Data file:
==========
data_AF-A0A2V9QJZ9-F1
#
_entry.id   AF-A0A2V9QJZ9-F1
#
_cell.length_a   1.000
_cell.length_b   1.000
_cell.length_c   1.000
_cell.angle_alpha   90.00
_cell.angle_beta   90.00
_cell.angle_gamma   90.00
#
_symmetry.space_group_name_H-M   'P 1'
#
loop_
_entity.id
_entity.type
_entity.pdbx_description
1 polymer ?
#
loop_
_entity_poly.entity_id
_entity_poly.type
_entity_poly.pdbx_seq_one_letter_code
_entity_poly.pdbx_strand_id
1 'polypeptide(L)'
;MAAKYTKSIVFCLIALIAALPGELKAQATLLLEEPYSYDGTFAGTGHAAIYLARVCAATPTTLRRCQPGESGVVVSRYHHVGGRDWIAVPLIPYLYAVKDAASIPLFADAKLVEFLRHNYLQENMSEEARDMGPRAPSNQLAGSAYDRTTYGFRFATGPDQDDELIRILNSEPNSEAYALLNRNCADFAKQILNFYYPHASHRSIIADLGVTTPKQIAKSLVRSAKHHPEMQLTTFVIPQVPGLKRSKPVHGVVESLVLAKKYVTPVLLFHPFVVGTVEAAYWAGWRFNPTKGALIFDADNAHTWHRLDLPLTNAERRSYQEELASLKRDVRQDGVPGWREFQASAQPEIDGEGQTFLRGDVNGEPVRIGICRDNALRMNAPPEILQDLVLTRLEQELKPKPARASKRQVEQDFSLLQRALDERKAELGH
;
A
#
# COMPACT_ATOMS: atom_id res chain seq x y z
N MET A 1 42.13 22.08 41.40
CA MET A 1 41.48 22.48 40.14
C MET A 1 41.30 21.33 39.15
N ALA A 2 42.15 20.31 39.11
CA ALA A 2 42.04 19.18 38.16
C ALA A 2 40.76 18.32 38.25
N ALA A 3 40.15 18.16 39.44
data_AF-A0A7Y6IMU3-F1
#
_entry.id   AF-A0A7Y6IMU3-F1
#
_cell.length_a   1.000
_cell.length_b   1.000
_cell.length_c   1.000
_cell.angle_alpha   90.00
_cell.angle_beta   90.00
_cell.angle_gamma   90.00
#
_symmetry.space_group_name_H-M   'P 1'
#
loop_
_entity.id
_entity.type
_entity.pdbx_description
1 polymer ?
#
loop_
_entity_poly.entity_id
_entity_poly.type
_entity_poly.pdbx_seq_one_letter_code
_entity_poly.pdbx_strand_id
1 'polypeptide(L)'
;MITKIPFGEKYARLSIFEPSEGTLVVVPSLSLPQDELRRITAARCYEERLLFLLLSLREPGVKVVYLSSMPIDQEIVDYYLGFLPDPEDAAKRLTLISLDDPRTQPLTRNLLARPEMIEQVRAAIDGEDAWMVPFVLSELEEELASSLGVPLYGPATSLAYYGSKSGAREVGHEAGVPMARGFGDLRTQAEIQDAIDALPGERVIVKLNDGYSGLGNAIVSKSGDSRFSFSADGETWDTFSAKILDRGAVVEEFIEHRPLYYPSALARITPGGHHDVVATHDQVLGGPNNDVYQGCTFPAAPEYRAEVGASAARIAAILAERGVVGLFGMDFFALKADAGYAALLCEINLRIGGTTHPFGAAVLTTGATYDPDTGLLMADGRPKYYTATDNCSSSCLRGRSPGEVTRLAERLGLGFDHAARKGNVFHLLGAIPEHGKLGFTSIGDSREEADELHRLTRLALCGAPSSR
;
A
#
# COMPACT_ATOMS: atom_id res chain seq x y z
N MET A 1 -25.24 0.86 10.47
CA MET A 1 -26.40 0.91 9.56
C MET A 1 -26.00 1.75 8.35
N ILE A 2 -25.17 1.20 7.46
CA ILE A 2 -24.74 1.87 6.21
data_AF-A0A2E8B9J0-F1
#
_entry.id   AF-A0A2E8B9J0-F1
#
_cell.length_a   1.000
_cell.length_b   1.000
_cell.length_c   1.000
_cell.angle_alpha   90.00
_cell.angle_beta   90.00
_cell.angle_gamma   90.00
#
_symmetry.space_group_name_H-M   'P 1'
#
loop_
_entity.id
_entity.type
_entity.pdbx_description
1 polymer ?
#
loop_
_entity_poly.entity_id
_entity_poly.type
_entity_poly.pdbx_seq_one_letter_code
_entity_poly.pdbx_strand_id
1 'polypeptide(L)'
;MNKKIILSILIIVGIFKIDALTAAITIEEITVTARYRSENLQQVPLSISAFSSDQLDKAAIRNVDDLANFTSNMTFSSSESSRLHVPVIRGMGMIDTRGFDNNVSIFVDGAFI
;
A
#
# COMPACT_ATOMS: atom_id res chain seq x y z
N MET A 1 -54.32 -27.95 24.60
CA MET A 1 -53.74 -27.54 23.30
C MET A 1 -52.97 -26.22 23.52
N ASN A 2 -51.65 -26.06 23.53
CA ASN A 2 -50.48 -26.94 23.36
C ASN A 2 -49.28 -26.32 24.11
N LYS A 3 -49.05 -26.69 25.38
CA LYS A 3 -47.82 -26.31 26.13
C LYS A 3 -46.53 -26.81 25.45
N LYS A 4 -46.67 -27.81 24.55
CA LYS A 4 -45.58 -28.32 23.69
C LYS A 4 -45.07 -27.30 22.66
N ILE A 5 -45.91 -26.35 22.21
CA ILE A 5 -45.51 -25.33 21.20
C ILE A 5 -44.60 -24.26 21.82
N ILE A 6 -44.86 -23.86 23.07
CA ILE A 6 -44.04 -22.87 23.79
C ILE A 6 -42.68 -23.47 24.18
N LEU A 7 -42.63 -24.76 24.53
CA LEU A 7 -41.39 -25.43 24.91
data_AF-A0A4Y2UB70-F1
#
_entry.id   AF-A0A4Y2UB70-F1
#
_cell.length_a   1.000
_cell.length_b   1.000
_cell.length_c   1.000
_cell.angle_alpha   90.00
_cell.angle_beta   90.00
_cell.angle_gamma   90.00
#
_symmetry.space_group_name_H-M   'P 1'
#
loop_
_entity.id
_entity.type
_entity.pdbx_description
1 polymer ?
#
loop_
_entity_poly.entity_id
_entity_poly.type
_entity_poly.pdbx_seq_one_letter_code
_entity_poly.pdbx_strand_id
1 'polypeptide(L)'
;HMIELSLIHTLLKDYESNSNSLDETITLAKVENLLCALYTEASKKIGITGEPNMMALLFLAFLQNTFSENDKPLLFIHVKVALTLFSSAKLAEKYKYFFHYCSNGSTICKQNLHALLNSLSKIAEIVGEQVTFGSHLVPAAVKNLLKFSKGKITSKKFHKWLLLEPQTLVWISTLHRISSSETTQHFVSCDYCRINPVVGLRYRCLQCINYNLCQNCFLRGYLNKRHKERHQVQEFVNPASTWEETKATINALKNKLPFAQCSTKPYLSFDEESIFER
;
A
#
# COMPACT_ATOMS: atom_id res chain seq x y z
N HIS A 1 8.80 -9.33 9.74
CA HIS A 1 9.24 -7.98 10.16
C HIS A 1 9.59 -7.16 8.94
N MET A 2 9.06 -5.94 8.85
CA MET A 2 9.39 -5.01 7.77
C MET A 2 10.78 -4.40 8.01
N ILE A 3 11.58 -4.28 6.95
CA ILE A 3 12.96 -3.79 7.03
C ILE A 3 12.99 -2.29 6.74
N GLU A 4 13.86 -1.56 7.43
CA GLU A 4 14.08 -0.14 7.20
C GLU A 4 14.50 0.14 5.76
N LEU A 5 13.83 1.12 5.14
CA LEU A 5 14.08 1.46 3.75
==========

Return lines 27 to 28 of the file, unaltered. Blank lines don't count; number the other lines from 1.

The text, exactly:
;
A